Case In Point
Federal Privacy Commissioner Uses Ashley Madison Incident to Promote Good Information Governance
Date: August 25, 2016
Organizations subject to Canadian privacy law should be aware that the Office of the Privacy Commissioner of Canada (together with the Australian Information Commissioner) recently issued a report on the 2015 breach of the Ashley Madison website – a breach that affected nearly 35 million individuals who had used the online dating site for adults seeking discreet affairs.
The OPC used its investigation to articulate some very broadly-applicable information governance requirements. Specifically, it said that the company that operates Ashley Madison breached the safeguarding requirement in PIPEDA by failing to:
- develop and maintain a documented information security framework
- develop, maintain and administer an “explicit” risk management process that featured periodic and proactive assessments of security threats
- administer adequate role-based data security training for all staff.
Formality clearly matters to the OPC. It noted that the company employed numerous security controls, but adopted them “without due consideration of the risks faced” and without a coherent framework to assure their proper management.
The OPC also found a breach of the safeguarding requirement by failing to prevent the following two “security weaknesses”:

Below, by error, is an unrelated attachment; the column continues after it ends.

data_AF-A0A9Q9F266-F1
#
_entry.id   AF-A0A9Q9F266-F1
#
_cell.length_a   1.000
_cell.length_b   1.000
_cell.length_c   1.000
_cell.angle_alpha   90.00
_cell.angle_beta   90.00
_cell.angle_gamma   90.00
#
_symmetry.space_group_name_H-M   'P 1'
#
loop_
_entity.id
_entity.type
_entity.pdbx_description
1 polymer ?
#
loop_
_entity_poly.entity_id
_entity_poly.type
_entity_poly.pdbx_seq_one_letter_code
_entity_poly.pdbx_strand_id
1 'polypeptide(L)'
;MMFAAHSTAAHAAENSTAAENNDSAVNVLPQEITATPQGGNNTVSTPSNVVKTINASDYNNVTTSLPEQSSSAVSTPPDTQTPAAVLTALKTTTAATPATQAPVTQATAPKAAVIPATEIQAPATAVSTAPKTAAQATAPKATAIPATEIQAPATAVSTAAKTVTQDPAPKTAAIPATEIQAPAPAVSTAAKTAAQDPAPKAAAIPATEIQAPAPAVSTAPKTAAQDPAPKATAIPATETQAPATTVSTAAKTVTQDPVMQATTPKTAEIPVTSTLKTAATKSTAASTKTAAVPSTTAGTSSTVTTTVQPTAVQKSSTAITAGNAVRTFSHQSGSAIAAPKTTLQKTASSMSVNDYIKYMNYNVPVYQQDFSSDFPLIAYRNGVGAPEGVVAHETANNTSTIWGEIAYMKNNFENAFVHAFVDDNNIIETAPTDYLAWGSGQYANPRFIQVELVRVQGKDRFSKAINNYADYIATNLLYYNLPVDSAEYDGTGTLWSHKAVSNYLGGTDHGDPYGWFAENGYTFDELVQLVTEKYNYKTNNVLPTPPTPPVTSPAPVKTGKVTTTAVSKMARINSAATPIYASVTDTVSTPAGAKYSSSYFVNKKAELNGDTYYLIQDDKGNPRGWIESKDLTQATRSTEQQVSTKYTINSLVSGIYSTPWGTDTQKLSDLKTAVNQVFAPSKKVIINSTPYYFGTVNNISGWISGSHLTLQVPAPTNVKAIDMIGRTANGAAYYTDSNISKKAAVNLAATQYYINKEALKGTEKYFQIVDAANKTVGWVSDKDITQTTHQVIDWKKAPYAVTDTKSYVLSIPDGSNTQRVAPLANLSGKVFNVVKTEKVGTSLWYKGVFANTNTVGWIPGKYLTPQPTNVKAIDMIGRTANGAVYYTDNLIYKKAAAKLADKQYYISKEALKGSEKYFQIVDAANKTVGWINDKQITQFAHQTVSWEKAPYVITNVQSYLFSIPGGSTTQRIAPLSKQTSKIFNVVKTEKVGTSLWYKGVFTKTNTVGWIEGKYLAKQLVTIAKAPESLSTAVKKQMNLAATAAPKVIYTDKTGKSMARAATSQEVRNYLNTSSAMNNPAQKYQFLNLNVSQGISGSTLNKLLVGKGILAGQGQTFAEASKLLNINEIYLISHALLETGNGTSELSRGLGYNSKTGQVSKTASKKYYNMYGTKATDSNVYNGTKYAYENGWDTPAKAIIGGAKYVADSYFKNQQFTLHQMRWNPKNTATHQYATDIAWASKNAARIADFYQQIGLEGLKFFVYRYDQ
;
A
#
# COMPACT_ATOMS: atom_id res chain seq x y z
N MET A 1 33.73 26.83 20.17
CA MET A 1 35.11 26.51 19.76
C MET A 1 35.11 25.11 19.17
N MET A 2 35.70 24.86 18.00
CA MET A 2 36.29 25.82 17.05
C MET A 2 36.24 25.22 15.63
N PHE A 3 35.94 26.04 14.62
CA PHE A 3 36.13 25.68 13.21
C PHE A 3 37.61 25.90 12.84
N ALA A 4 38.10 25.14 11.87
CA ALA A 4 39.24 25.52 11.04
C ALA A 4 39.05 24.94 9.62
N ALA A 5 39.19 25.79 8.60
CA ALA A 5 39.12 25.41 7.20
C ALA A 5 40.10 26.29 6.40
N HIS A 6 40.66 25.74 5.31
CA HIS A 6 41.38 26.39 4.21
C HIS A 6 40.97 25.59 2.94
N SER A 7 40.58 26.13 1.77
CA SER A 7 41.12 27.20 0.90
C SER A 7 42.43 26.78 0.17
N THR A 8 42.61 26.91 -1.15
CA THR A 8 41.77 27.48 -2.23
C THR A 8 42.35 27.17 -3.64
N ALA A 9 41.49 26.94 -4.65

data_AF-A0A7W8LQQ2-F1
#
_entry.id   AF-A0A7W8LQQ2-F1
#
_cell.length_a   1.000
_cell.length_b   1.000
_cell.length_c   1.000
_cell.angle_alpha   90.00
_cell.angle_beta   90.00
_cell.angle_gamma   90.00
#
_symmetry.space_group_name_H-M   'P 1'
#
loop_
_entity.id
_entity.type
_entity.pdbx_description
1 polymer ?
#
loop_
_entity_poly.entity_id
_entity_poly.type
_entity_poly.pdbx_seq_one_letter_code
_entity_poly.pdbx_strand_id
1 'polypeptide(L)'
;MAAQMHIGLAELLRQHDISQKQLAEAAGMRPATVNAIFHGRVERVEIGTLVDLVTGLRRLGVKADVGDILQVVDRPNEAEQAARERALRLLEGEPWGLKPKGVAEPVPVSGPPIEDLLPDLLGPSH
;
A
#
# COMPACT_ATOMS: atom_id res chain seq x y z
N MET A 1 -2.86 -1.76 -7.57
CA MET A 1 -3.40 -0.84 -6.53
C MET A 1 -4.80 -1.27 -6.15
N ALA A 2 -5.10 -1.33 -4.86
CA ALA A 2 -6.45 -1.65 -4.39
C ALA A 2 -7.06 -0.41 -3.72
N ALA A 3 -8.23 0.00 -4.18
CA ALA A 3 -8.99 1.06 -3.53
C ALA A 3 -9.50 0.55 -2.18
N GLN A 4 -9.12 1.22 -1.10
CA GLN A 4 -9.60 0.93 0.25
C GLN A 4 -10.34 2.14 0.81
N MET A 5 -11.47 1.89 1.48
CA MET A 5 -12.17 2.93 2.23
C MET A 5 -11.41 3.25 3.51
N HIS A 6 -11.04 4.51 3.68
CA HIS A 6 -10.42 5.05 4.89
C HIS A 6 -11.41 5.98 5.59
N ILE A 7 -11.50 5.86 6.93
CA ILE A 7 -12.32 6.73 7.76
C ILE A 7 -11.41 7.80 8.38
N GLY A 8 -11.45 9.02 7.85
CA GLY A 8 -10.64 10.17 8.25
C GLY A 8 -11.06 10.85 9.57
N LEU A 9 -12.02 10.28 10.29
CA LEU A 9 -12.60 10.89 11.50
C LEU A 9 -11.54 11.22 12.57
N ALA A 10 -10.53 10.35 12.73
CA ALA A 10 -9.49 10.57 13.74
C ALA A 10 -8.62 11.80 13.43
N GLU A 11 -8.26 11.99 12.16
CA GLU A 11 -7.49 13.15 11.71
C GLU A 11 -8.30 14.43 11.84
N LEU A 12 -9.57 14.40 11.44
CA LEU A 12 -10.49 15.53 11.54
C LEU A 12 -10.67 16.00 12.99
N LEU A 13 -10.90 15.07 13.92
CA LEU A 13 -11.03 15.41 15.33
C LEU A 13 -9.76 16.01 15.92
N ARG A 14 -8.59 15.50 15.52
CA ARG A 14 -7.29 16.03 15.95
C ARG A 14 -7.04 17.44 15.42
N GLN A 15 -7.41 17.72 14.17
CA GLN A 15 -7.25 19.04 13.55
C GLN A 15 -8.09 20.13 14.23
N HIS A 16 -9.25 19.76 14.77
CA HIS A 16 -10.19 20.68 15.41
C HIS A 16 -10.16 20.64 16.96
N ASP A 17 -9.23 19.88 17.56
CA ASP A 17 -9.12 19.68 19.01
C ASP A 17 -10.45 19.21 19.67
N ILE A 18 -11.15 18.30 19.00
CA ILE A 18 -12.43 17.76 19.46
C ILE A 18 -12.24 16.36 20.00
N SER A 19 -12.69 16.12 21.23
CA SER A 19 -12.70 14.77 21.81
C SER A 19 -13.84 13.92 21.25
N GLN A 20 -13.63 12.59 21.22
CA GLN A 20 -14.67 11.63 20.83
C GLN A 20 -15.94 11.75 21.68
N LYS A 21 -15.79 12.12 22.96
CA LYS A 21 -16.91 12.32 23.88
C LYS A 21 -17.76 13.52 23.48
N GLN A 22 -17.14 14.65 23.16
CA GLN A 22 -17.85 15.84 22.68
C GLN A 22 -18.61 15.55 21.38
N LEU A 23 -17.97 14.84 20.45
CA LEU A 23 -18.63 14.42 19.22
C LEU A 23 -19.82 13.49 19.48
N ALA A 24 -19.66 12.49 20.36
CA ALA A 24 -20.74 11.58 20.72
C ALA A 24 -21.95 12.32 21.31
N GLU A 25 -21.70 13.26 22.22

- use of single factor authentication for VPN remote access
- poor key and password management practices (which led to the storage of keys and passwords in plain text).
While the OPC’s conclusion is based, in part, on the “highly sensitive” personal information with which the company was entrusted, the identification of these weakness is nonetheless notable. The OPC also identified intrusion detection as another security weakness, though it did not rely on it in concluding the company was in breach.
The report addresses other narrower issues including record retention, the charging of fees for deletion of records, the collection and authentication of user e-mail addresses and transparency and openness. Organizations should also note the aspects of the Ashley Madison matter with which the OPC did not take issue – the company’s incident response and breach remediation efforts, for example. These efforts are briefly summarized in the report.